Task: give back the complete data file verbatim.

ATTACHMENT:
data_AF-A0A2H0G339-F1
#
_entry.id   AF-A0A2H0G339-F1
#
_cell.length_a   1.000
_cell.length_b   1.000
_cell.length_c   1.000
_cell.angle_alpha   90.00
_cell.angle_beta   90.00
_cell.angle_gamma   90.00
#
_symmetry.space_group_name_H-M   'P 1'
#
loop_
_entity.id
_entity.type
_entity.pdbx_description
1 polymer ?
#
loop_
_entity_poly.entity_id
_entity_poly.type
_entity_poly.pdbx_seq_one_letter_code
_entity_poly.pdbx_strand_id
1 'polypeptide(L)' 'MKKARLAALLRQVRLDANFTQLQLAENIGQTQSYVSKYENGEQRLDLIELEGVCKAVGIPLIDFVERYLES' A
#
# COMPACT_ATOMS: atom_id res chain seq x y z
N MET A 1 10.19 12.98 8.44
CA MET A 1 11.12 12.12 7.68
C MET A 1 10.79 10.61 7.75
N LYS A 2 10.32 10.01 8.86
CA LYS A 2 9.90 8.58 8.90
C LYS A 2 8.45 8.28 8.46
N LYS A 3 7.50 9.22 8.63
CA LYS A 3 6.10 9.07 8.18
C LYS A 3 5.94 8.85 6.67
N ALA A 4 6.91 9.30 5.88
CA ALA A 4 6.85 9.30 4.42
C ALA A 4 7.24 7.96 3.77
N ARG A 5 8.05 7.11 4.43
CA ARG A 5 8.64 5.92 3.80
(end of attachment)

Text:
data_AF-A0A2H0G339-F1
#
_entry.id   AF-A0A2H0G339-F1
#
_cell.length_a   1.000
_cell.length_b   1.000
_cell.length_c   1.000
_cell.angle_alpha   90.00
_cell.angle_beta   90.00
_cell.angle_gamma   90.00
#
_symmetry.space_group_name_H-M   'P 1'
#
loop_
_entity.id
_entity.type
_entity.pdbx_description
1 polymer ?
#
loop_
_entity_poly.entity_id
_entity_poly.type
_entity_poly.pdbx_seq_one_letter_code
_entity_poly.pdbx_strand_id
1 'polypeptide(L)' 'MKKARLAALLRQVRLDANFTQLQLAENIGQTQSYVSKYENGEQRLDLIELEGVCKAVGIPLIDFVERYLES' A
#
# COMPACT_ATOMS: atom_id res chain seq x y z
N MET A 1 10.19 12.98 8.44
CA MET A 1 11.12 12.12 7.68
C MET A 1 10.79 10.61 7.75
N LYS A 2 10.32 10.01 8.86
CA LYS A 2 9.90 8.58 8.90
C LYS A 2 8.45 8.28 8.46
N LYS A 3 7.50 9.22 8.63
CA LYS A 3 6.10 9.07 8.18
C LYS A 3 5.94 8.85 6.67
N ALA A 4 6.91 9.30 5.88
CA ALA A 4 6.85 9.30 4.42
C ALA A 4 7.24 7.96 3.77
N ARG A 5 8.05 7.11 4.43
CA ARG A 5 8.64 5.92 3.80